just had my first vitamin b shot, i think its 12 or a combination of them. Just know its a b-shot for anemia. i was hoping for a miracle and expecting to feel a burst of energy oh within a few hours but nothing yet. Am i expecting too much for just the first shot? is it something that needs to build up over time before it starts working?
Well right after my first B12 shot I did get this strange burst of energy and it lasted a few good hours. It took a week before the injection began to help my migraines. Right now I give myself the injection once a week for six weeks so it can build up and hopefully I'll only have one every month thereafter.
I say give it time. Some of us need the injection monthly, every two weeks, or every week. Try not to feel too discouraged.
Best wishes, and keep us posted.
thanks natalie, i guess i had built my expectations a bit high from some of the internet material i had read. thought id feel a burst of energy. going away for a 4 days mini vacation for my birthday and wanted to have some energy instead of feeling drained all the time to the point of just laying on the sofa and simply breathing without even moving a finger.
I will see the doc week after next and will probably get on the injections weekly to see if it helps. i hate this anemia stuff. i also have fibro and that makes me tired as well but not like this. fibro pain weakens me after pain for so long, but this stuff just takes the breath out of me. thanks for the note hon and i will give it more time.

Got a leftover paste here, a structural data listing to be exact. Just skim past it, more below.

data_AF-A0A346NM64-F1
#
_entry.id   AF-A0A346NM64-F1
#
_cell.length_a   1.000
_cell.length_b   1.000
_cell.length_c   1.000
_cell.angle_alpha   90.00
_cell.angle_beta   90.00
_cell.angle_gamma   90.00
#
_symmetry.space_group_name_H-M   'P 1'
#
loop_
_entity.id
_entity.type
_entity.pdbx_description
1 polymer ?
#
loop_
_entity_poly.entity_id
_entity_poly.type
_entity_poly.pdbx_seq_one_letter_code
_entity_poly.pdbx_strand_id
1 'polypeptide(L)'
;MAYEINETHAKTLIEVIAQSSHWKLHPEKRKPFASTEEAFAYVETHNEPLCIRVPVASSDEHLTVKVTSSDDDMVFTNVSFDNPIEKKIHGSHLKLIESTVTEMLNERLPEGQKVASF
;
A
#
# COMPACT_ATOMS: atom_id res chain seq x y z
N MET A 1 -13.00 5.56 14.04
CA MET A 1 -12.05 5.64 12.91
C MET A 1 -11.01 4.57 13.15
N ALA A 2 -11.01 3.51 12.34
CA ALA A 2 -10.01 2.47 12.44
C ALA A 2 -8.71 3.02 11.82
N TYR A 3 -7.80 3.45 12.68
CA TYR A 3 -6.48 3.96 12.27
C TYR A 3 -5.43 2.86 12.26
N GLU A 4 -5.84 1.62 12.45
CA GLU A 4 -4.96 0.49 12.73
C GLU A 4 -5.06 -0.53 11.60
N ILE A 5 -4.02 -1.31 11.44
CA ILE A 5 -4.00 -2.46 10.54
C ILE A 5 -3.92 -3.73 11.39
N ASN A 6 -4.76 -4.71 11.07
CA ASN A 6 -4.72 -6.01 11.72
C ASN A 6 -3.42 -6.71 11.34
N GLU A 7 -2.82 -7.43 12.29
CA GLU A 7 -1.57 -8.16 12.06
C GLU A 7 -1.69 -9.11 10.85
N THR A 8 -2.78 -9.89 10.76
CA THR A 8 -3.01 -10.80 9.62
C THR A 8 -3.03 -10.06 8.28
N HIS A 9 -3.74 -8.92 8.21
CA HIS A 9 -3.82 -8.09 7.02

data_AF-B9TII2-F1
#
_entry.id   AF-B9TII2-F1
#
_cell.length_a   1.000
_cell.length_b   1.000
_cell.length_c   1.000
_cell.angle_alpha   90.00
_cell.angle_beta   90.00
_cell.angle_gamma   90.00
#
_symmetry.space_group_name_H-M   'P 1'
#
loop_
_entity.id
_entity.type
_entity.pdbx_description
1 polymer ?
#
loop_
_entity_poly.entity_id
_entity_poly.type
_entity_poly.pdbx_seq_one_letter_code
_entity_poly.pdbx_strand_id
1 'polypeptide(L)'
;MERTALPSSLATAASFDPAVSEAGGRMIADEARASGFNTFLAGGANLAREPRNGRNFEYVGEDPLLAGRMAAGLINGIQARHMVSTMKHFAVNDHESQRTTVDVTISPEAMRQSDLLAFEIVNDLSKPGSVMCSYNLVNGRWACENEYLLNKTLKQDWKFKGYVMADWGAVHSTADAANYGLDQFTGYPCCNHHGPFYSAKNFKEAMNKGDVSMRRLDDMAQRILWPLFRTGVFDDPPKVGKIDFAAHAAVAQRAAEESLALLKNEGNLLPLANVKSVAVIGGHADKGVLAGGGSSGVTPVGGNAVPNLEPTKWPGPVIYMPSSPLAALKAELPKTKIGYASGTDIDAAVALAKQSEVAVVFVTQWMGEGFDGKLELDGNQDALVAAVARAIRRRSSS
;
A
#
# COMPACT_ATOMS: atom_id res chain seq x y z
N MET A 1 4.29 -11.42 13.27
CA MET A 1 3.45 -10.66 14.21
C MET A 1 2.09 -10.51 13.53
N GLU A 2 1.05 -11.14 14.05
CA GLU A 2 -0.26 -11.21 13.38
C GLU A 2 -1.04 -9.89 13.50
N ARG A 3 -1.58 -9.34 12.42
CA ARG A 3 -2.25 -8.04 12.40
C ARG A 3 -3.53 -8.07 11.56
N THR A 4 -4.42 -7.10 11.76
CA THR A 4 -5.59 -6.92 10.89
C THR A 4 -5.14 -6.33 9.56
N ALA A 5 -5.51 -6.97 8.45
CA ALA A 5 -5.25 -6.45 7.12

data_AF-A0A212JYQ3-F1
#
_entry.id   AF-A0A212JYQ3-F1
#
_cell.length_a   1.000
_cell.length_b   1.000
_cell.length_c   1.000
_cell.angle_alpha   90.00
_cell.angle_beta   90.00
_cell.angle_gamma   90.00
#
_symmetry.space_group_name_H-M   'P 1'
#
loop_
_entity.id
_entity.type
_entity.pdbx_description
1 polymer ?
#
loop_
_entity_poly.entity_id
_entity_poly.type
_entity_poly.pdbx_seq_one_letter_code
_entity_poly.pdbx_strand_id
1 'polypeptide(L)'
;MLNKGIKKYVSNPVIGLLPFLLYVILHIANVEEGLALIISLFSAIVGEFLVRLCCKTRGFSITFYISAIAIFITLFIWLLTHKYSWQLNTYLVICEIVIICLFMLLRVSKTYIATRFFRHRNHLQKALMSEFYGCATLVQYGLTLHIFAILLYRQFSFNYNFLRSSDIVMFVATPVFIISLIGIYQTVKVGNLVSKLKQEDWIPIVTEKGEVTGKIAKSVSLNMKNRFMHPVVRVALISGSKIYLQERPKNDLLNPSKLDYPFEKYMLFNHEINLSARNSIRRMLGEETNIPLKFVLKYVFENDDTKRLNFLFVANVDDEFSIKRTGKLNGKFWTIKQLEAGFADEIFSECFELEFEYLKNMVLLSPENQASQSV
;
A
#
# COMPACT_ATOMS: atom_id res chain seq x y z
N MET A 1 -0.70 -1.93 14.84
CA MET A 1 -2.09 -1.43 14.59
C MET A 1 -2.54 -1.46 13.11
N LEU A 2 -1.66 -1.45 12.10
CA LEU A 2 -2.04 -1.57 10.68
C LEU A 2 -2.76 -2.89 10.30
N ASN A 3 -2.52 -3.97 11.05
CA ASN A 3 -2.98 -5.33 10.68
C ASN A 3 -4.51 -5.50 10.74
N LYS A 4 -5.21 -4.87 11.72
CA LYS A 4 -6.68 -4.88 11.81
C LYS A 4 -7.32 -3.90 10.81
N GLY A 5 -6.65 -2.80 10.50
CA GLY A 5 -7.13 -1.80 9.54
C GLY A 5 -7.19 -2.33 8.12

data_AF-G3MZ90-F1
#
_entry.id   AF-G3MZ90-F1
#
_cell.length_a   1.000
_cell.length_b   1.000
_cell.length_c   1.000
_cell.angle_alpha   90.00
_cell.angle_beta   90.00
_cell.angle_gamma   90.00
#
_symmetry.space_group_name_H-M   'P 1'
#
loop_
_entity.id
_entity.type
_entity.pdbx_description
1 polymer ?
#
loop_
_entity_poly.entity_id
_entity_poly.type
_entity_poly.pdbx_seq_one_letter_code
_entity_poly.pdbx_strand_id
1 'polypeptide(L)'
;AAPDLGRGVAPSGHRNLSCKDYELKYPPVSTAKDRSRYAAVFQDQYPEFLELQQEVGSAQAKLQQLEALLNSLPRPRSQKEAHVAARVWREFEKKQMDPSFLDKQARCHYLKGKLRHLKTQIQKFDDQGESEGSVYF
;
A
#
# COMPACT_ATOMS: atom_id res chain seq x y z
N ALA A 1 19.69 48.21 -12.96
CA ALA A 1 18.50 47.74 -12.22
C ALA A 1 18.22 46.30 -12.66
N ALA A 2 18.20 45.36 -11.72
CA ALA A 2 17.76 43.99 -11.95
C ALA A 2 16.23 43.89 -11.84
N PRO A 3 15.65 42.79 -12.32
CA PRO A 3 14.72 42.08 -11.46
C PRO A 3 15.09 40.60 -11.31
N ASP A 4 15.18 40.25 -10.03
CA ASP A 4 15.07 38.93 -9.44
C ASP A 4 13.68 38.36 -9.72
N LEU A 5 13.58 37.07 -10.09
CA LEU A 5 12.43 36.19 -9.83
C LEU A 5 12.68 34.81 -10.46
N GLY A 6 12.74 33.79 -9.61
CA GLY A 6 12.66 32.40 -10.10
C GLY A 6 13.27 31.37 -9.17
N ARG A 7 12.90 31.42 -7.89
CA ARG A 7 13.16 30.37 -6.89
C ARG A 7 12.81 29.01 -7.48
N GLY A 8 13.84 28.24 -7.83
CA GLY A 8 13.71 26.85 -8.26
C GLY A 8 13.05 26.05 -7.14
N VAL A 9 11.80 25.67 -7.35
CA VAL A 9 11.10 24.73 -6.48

Some people have trouble converting the type of B12 in the shots (it's either cyanocobalamin or hydroxocobalamin) into the usable types by the body: methylcobalamin (used in brain and nerves) and adenosylcobalamin (Dibencozide--used by cells for energy production). I know a lady on another forum who had to have the shots every 4-5 days, even though she had to fight her doctor to get them that often, that didn't need the shots anymore after starting daily sublingual Methylcobalamin (at amounts of at least 1000 mcg or more). I've read that the liver only converts about 1% of the cyano-b12 into the methyl-b12. AND, most doctors are way behind the times in thinking that shots are the only way to raise B12 levels, EVEN in Pernicious Anemia. In daily oral amounts greater than 1000 mcg, some B12 will get absorbed passively, even without IF. Studies show that oral supplementation raises levels better than shots (probably because it's a daily, constant intake).